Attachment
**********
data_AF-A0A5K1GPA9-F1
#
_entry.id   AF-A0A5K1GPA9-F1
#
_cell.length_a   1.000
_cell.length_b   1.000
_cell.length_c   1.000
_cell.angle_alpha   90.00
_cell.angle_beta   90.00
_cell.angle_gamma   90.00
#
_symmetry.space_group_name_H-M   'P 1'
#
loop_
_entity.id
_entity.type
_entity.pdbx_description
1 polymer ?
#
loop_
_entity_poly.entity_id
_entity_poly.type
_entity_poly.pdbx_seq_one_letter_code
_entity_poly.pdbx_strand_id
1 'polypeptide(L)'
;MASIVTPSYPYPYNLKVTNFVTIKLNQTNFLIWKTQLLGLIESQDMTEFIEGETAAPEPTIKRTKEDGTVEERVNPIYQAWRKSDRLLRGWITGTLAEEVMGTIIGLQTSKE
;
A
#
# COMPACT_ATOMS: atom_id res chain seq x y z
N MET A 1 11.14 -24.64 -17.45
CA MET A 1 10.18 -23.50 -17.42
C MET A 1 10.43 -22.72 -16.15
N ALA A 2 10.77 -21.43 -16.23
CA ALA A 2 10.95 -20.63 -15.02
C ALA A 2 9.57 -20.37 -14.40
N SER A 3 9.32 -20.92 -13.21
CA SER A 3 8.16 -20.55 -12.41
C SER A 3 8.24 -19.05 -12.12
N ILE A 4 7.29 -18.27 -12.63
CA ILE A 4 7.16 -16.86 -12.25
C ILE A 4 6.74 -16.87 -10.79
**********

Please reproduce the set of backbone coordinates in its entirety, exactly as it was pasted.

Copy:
data_AF-A0A5K1GPA9-F1
#
_entry.id   AF-A0A5K1GPA9-F1
#
_cell.length_a   1.000
_cell.length_b   1.000
_cell.length_c   1.000
_cell.angle_alpha   90.00
_cell.angle_beta   90.00
_cell.angle_gamma   90.00
#
_symmetry.space_group_name_H-M   'P 1'
#
loop_
_entity.id
_entity.type
_entity.pdbx_description
1 polymer ?
#
loop_
_entity_poly.entity_id
_entity_poly.type
_entity_poly.pdbx_seq_one_letter_code
_entity_poly.pdbx_strand_id
1 'polypeptide(L)'
;MASIVTPSYPYPYNLKVTNFVTIKLNQTNFLIWKTQLLGLIESQDMTEFIEGETAAPEPTIKRTKEDGTVEERVNPIYQAWRKSDRLLRGWITGTLAEEVMGTIIGLQTSKE
;
A
#
# COMPACT_ATOMS: atom_id res chain seq x y z
N MET A 1 11.14 -24.64 -17.45
CA MET A 1 10.18 -23.50 -17.42
C MET A 1 10.43 -22.72 -16.15
N ALA A 2 10.77 -21.43 -16.23
CA ALA A 2 10.95 -20.63 -15.02
C ALA A 2 9.57 -20.37 -14.40
N SER A 3 9.32 -20.92 -13.21
CA SER A 3 8.16 -20.55 -12.41
C SER A 3 8.24 -19.05 -12.12
N ILE A 4 7.29 -18.27 -12.63
CA ILE A 4 7.16 -16.86 -12.25
C ILE A 4 6.74 -16.87 -10.79